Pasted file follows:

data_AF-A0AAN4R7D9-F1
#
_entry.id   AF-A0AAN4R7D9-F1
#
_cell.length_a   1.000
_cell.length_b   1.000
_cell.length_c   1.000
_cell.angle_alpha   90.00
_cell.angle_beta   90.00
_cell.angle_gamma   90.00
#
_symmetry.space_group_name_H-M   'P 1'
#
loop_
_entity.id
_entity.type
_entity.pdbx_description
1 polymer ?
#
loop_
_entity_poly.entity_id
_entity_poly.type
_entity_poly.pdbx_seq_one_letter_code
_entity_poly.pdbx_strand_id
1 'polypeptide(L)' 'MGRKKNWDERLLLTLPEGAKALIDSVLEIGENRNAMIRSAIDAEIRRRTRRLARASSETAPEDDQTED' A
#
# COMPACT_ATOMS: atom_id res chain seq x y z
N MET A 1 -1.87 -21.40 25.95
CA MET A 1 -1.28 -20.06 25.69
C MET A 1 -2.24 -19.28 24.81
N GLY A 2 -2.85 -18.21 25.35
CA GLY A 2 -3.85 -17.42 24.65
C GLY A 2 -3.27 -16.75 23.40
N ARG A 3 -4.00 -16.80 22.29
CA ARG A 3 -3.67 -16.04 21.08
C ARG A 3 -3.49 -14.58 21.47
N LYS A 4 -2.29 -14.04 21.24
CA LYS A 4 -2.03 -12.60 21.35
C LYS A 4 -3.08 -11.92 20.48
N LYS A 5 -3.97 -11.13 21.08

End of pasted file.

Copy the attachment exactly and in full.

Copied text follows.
data_AF-A0AAN4R7D9-F1
#
_entry.id   AF-A0AAN4R7D9-F1
#
_cell.length_a   1.000
_cell.length_b   1.000
_cell.length_c   1.000
_cell.angle_alpha   90.00
_cell.angle_beta   90.00
_cell.angle_gamma   90.00
#
_symmetry.space_group_name_H-M   'P 1'
#
loop_
_entity.id
_entity.type
_entity.pdbx_description
1 polymer ?
#
loop_
_entity_poly.entity_id
_entity_poly.type
_entity_poly.pdbx_seq_one_letter_code
_entity_poly.pdbx_strand_id
1 'polypeptide(L)' 'MGRKKNWDERLLLTLPEGAKALIDSVLEIGENRNAMIRSAIDAEIRRRTRRLARASSETAPEDDQTED' A
#
# COMPACT_ATOMS: atom_id res chain seq x y z
N MET A 1 -1.87 -21.40 25.95
CA MET A 1 -1.28 -20.06 25.69
C MET A 1 -2.24 -19.28 24.81
N GLY A 2 -2.85 -18.21 25.35
CA GLY A 2 -3.85 -17.42 24.65
C GLY A 2 -3.27 -16.75 23.40
N ARG A 3 -4.00 -16.80 22.29
CA ARG A 3 -3.67 -16.04 21.08
C ARG A 3 -3.49 -14.58 21.47
N LYS A 4 -2.29 -14.04 21.24
CA LYS A 4 -2.03 -12.60 21.35
C LYS A 4 -3.08 -11.92 20.48
N LYS A 5 -3.97 -11.13 21.08